“Some issues are so much bigger than politics,” said Rep. Michele Bachmann, R-Minn., at a recent forum for primary contenders in Iowa. “Culture is downstream from politics,” is how former Pennsylvania senator Rick Santorum put it before baring his soul at the same event.
That’s exactly what moderator Frank Luntz asked the candidates to do: share personal stories about challenges they’ve faced. Santorum chose to talk about fatherhood and his youngest daughter, Isabella Maria, who was born with a condition known as Trisomy 18.
Santorum dealt with the stress of the diagnosis with a novel but painful method: “To not love her ... because it wouldn’t hurt as much if I lost her,” he remembered. Holding her finger as she lay on an emergency room table at 5 months of age, Santorum realized his mistake. “I had seen her as less of a person because of her disability. I prayed at that moment, ‘Please, please let her live.’ Santorum’s daughter survived the operation, leaving him with a renewed passion for children like his daughter.
“One of the reasons I am here tonight is because of Obamacare and to fight for kids with disabilities,” Santorum added.
Before Sarah Palin became a household name in the lower 48, the then-governor of Alaska had a webpage dedicated to welcoming her son Trig Palin, who has Down syndrome. There, parents, siblings and others wrote about how beautifully challenging life with a Down syndrome child can be. They explained how their lives were richer. Grandparents in New York wrote of their grandson: “He has shown us an inner strength to never give up. The best things in life come to us unexpectedly.”
On the campaign trail, Palin would encounter these feelings all the more. In her book “Going Rogue,” she wrote: “It blessed me in ways I can’t even describe to be able to help bring (people with Down syndrome) from the fringe into the bright spotlight that most often seems reserved only for the privileged.”
Both the Santorums and the Palins were faced with odds stacked against life. Not only the daunting medical conditions of their children, but a culture — including a medical one — that seeks to eliminate problems, even if the “problems” are people. Palin has admitted that she was unprepared for raising a child with Down syndrome, and for a brief moment she was painfully aware that abortion offered a way out. The Santorums, meanwhile, had to insist their daughter be given oxygen as a doctor urged that they learn to “let go.”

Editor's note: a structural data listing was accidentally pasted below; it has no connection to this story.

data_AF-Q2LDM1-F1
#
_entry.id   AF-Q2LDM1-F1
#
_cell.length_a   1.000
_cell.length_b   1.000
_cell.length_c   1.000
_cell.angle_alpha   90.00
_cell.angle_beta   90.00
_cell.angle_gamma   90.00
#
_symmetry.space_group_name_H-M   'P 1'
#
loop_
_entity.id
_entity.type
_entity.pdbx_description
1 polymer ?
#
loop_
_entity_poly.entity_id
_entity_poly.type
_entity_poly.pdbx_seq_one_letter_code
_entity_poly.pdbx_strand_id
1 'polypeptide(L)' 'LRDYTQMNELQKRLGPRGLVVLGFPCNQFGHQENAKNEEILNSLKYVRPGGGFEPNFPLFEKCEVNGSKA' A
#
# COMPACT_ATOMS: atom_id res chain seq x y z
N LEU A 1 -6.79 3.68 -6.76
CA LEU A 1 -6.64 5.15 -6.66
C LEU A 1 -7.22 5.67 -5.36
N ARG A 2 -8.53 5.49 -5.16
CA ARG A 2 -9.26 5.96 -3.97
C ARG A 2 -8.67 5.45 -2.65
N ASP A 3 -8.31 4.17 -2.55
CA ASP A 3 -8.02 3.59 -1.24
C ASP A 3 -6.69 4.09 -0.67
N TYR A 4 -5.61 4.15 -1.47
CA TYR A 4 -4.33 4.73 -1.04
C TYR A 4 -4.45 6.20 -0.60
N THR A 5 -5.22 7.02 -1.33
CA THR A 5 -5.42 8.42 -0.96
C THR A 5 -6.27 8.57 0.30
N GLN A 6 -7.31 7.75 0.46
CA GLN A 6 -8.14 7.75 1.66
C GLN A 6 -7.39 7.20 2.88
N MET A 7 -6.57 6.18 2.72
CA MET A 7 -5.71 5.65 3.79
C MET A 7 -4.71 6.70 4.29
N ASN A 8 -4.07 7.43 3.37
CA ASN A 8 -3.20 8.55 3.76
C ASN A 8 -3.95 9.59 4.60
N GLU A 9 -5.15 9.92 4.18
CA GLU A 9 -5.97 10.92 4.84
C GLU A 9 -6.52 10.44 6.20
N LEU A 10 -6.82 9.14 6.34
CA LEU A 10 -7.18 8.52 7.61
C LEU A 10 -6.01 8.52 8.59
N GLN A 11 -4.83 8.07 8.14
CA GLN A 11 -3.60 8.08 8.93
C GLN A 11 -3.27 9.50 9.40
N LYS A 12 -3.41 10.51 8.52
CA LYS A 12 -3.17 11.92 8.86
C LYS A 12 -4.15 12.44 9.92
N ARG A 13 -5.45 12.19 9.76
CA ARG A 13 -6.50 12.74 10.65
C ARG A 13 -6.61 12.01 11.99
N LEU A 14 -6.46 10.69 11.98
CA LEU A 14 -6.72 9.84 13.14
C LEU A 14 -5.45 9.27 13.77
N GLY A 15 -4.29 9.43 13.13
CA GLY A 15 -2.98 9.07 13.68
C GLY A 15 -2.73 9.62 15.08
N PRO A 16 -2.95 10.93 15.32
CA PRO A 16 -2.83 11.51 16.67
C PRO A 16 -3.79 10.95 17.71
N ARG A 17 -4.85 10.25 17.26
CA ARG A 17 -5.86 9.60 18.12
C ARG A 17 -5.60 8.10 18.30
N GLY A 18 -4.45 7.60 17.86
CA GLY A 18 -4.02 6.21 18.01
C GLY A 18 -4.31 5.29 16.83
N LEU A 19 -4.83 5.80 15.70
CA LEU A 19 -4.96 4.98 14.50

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It’s an imperfect world. And sometimes the innocence of a child and her challenges can make all the difference: inspiring us to be better, holding up a mirror on our souls — and our culture and politics.
The Thanksgiving and family-themed forum didn’t get as much attention as some others because fellow candidate Mitt Romney wasn’t in attendance. But it carried a message that demands to be heard, about who we are and how we live our lives and who we love and why we do so; about leadership and whether we choose to live life in such a way that it helps others do the same.
At that same event, current GOP “It boy” Newt Gingrich brought it back to the health care debate: “Do I want a country that cares about every life?” he asked.
That’s what it’s all about. Politics of the people, by the people, motivated by love for people, making sure we’re protecting the most vulnerable people — not forgetting people, including those closest to us. When we remember that, we might just have a fighting chance of getting the policies right.
Lopez is the editor of National Review Online
(www.nationalreview.com). She can be contacted at firstname.lastname@example.org